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Victor Medina is under attack.

Knesset member Yossi Sarid launched a bombardment on the retiring chief executive of United Mizrahi Bank, who is ending a nine-year stint with a NIS 13.5 million special bonus. That lifts his total remuneration during his term to NIS 45 million.

Sarid's assault landed at an especially sensitive time for the bank and the man. Mizrahi has been massively cutting jobs in the name of streamlining, so the spotlight on Medina's generous severance package naturally is highly embarrassing to the management and board. It is even more embarrassing for Medina himself, who hopes to be Israel's next Bank of Israel governor.

Naturally, the Mizrahi board couldn't care less about Sarid's bellowing. Also, the criticism that the Supervisor of Banks leveled at the banks about disclosure of the pay package left little impression. On Tuesday, the audit committee approved the NIS 13.5 million goodbye bonus for Medina. That is over and above the NIS 4.8 million compensation he is due under his employment contract.

Medina's representatives claim that the entire debate about his bonus is populist and inflammatory. They are right. So it is time for a somewhat more technical-economic analysis of Medina's remuneration, based on the facts, not the gut.

1. The timing truly was unfortunate, the sum was inflated, and the business logic in paying a bonus that massive to a CEO who's leaving is largely incomprehensible. But Mizrahi Bank is controlled by two private businessmen, Mozi Wertheim and Idan Ofer, and if they decided they should send Victor Medina off to his new life with an NIS 13.5 million check in hand, that's their business. Nobody forced them to do it. It is a free market in which private owners get to decide how much their managers will make.

2. How can the bank pay Medina that much while in parallel firing people? It can: in a free market, managers are rewarded based on results. Sometimes the way to achieve good results is to reduce the work force. Bank shares tend to rise on days the bank announces major job cuts.

3. The campaign: The miserable timing of the reward, just after the bank announced the wave of job cuts and a second before Medina leaps into the race for the central bank top seat, inspired Mizrahi management to commence a vigorous campaign praising Medina's performance as Mizrahi's chief executive to the skies.

Medina really was a good CEO. He led the bank through difficult periods and did not succumb to the temptation to lavish generous credit during the bubble days like his rival CEOs did, and the bank's results improved in his hands. His tenure was marked by battles between the shareholders, in which he became embroiled from time to time, but at the end of the day, he delivered.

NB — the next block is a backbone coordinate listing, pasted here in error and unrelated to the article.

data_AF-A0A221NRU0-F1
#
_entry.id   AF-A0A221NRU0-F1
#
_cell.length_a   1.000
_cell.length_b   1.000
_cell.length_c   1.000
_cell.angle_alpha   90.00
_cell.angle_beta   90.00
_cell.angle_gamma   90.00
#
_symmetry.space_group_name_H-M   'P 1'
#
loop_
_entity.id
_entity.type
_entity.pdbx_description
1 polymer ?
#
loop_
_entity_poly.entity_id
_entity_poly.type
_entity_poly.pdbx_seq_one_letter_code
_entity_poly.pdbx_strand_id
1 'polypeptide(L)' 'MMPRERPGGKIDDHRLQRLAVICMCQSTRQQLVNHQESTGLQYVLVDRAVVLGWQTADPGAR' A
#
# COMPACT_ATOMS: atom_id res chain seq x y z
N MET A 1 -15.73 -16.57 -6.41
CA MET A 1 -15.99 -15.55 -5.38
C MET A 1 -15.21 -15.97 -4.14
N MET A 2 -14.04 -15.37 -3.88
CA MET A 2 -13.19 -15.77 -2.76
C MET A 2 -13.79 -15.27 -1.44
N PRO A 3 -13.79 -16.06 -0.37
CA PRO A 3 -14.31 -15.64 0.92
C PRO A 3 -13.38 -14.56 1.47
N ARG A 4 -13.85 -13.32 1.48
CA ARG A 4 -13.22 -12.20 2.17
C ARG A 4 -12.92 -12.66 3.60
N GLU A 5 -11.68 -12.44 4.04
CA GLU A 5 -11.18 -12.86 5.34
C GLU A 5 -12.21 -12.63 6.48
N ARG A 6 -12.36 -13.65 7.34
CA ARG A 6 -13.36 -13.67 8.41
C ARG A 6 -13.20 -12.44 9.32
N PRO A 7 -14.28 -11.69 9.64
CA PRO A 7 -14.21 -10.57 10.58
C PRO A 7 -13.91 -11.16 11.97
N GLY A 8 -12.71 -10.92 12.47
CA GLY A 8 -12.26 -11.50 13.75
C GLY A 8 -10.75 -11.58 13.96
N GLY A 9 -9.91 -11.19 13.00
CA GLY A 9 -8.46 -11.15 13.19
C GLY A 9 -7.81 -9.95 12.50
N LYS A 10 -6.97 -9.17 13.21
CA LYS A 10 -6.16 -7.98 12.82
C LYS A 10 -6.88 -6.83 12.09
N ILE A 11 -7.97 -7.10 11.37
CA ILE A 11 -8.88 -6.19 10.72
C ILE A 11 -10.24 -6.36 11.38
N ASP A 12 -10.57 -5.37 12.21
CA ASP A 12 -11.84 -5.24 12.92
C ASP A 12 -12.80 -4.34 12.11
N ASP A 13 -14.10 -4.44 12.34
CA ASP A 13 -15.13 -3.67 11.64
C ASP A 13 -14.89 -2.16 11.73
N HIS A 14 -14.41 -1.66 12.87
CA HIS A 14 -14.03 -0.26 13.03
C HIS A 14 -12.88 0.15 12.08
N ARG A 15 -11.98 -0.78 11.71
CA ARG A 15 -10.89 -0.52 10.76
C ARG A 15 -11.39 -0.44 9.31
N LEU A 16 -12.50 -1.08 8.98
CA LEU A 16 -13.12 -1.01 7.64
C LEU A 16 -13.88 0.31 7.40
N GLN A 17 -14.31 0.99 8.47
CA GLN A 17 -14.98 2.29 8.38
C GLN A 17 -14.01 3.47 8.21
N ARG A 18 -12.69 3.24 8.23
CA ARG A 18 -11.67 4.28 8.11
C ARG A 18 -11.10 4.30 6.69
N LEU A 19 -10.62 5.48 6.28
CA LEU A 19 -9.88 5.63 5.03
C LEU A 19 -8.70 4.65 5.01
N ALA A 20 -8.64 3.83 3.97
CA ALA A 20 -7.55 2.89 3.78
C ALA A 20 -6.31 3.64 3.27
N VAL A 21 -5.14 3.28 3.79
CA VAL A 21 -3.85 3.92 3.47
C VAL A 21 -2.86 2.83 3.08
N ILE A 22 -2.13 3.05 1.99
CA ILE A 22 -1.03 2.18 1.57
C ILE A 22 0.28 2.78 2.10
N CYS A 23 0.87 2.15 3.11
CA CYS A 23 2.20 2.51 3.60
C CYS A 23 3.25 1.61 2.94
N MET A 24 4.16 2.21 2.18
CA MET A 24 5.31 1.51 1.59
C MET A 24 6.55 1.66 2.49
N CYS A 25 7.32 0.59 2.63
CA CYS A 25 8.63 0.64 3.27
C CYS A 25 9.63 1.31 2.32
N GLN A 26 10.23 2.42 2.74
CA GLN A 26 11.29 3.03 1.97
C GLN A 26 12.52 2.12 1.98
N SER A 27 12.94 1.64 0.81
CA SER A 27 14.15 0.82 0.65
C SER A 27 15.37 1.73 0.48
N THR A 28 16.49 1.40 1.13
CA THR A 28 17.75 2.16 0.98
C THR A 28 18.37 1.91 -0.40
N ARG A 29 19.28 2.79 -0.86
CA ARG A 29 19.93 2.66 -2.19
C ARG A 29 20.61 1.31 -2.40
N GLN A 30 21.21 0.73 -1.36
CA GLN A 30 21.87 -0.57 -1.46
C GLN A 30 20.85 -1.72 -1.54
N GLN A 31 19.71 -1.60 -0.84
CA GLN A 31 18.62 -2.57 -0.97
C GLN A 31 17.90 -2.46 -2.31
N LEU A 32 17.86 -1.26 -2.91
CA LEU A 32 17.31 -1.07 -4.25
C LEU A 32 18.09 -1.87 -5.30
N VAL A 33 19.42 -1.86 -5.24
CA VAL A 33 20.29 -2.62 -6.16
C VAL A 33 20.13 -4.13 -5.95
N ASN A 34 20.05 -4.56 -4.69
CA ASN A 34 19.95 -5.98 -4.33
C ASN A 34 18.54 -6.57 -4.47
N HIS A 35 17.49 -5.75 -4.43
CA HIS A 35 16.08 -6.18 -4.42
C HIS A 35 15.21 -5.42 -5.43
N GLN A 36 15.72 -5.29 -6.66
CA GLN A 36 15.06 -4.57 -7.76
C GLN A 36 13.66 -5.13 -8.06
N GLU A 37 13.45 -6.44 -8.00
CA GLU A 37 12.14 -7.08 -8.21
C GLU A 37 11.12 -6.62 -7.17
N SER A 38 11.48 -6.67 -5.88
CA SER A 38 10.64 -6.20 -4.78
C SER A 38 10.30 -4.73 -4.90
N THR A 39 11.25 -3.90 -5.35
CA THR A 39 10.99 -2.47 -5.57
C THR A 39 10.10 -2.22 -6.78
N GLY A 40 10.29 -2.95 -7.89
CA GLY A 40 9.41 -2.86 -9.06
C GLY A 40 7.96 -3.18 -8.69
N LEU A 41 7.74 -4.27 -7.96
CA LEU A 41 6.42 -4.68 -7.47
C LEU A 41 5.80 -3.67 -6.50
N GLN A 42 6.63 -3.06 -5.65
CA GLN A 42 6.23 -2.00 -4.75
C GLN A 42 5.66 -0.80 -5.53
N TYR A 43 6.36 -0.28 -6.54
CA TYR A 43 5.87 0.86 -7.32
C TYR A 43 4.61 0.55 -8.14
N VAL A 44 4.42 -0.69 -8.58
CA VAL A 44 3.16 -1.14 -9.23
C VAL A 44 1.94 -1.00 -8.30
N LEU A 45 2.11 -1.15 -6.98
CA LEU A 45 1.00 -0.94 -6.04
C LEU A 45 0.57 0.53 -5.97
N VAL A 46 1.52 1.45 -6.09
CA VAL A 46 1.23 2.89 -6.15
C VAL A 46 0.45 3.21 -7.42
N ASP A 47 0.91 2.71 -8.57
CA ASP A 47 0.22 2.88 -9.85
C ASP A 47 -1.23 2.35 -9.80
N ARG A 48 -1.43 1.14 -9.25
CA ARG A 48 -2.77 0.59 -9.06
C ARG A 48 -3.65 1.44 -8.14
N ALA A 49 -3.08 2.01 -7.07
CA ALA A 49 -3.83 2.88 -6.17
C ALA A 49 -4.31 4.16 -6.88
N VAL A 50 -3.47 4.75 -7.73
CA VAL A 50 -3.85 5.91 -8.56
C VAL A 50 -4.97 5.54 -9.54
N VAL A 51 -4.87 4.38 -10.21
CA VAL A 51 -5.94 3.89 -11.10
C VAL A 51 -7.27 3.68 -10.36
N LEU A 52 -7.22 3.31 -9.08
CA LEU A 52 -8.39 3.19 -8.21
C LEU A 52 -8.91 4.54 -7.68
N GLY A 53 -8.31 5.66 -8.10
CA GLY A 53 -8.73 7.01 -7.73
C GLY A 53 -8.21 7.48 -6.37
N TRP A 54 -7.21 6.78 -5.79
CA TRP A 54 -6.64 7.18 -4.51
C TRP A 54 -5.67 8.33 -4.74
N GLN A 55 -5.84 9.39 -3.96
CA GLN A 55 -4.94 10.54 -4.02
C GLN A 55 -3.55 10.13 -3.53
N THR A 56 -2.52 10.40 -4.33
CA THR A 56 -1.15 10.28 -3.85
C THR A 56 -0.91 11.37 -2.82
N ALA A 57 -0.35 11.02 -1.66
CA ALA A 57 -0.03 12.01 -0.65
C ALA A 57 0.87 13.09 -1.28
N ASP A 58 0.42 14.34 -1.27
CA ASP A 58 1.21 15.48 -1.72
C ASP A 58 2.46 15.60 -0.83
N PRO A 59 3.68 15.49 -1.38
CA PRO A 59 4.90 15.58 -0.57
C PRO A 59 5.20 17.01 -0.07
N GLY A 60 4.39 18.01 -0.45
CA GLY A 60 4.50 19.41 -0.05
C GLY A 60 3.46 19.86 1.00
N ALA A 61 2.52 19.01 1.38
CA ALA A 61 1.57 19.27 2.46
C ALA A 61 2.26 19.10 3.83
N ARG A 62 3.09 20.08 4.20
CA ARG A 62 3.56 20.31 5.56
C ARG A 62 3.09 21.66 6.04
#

4. Medina lifted the bank's return on equity from 1.3 percent to 12.7 percent, the Mizrahi people keep saying. In conversations with the press, they even said he took a languishing bank and changed it into a flourishing one.

The press obediently published the figures, but nobody checked them. Here are the facts. In the three years before Victor Medina took over, 1992 to 1994, Bank Mizrahi averaged a return of 12 percent on its equity. That period included the boom on the stock market and also the bust. Ergo, the claim that Medina took a languishing business and made it bloom is a little far-fetched.

5. Medina did keep doubtful debt provisioning low and managed to streamline the bank's operations. But the bank he leaves behind is not materially different from the one he received; he did not develop any major new areas of business; and its subsidiary Bank Tefahot remains responsible for half its profits.

6. Ostensibly, there is no connection between the job cuts at Tefahot and Medina's big bonus. The dismissals were a business decision made by the new management, and the bonus was decided by the board, a completely different organ. They just happened at the same time.

But if we accept the Mizrahi people's argument that merging Tefahot into Mizrahi and firing workers are necessary steps, one has to ask why Medina didn't do it before. Why did it take a new CEO, Eli Yones, to do it? Apparently, during his stint as CEO, Medina failed to recruit the board's support for the reorganization while Yones succeeded.

7. Medina's high pay throughout his stint can be explained through the principles of the free market. He did good work, they saw nobody better around, so they paid. But why pay NIS 13.5 million more, money not stipulated in his contract, when waving goodbye?

That question becomes all the more niggling when considering that Mozi Wertheim told the Haaretz group business magazine TheMarker that bankers in Israel earn too much. One can only conclude that Wertheim, who had been willing to pay Medina through the nose to keep him at work, was willing to pay through the nose to see him go.

Wertheim and Medina were no love story in recent years. But perhaps Medina's candidacy to be the next central bank governor was one of Wertheim's considerations.

But wait a moment. If anything, that bonus Wertheim paid to Medina just ruins his chances of the governorship, doesn't it? Yes, but anybody who knows Wertheim knows he wouldn't shed tears at the thought of Medina having to forgo his dream. Yes, the personalities involved are consummate businessmen. But at the end of the day, everything's personal.